New superboards will not work, says former health minister

Darrell Cole
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Dave Wilson in Amherst to visit stakeholders

NDP health critic Dave Wilson says the Liberal plan to reduce health boars is fraught with trouble for the health-care system.

Former MLA Mat Whyott (left) and NDP health critic Dave Wilson look over news about Health Minister Leo Glavine's tour of Nova Scotia's health authorities. Glavine is in Amherst on Thursday to talk about cutting the district health authorities to two.

AMHERST – Nova Scotia’s former minister of health is not convinced reducing the number of health boards will be a smooth transition for his successor.

“I predict there’s going to be chaos in the health field,” Dave Wilson said Wednesday while visiting Parrsboro and Amherst to talk to people about the government’s plan to reduce health administration by cutting the district health authorities. “All the resources and energy is going to be put into what does a superboard look like when we need people in health care trying to figure out the many other issues that remain.”

Wilson’s comments come as Health Minister Leo Glavine is set to meet with health officials with the Cumberland Health Authority on Wednesday.

The former minister said health administration costs in Nova Scotia were among the highest in Canada in 2009 when the NDP assumed power, but was below the national average in 2013. He said that was done without engineering the chaos that’s going to come.

Wilson said there are different needs in different parts of the province and he fears the ability to address specific community concerns will be lost with the creation of new superboards.

“When you have one major superboard someone at the top has to make decisions. They’re going to be able to do it on their own. I fear that’s going to delay addressing concerns in these smaller communities,” he said. “I fear their plan is not going to result in a better health-care system for Nova Scotians or better health-care service.”

He said the new government has yet to explain the specifics of its health plan, how much it’s going to cost and how it’s going to complete the transition in a year.

While Wilson is no longer in government, he plans to hold the new Liberal administration accountable for the changes it’s making in health care. As a former paramedic, Wilson fears Glavine’s plan goes too far too fast and is not going to result in the savings the government thinks it will get by creating two superboards.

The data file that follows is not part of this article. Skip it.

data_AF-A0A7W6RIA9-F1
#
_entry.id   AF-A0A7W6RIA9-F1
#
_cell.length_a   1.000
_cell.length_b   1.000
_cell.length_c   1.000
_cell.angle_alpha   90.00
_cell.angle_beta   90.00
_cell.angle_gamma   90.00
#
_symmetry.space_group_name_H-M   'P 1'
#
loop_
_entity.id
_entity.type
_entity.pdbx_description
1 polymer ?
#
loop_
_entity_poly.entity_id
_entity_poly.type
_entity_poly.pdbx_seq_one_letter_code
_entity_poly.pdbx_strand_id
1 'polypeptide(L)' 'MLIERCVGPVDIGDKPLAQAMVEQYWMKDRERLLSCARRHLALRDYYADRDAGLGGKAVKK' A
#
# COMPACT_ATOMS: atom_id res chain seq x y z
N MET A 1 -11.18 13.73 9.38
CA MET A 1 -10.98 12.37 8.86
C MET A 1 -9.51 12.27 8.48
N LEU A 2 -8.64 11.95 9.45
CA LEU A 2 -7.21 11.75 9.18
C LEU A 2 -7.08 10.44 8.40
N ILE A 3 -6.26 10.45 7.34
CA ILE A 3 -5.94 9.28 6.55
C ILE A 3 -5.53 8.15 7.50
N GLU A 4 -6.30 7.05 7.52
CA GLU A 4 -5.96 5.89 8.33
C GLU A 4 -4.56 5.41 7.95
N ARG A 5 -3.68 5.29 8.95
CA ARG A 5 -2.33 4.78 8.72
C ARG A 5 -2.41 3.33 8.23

Wilson said the severance alone from eliminating numerous CEOs and vice-presidents is going to eat up a lot of the projected savings, while frontline health-care services will not be enhanced by the change.

He also wants to make sure resources aren’t pulled away from the regions to create this new level of bureaucracy centered in Halifax.

“When I was minister I talked to people in other provinces who went to superboards, like in Alberta and New Brunswick. There were no savings. In fact, it cost millions and severely impacted frontline health-care services,” Wilson said. “What the government is proposing is not going to work in Nova Scotia any better than it did in those jurisdictions. We cannot afford to repeat those mistakes.”

Wilson said the previous NDP government had already made a number of changes to reduce spending on health-care administration including sharing more services between the district health authorities and reducing the number of administrators.

Organizations: NDP, Cumberland Health Authority

Geographic location: Amherst, Nova Scotia, Parrsboro Canada Halifax Alberta New Brunswick

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Recent comments

  • Doug P.
    February 26, 2014 - 08:39

    Super boards certainly won't work, but that won't stop them from implementing them in spite of that fact. Socialized medicine started as a tiny snowball and is now a rolling with the momentum of a freight train. The fundamental problem of our healthcare is that we let the government run it. All problems stem from that mistake. The mistake is just getting bigger and bigger as time goes on.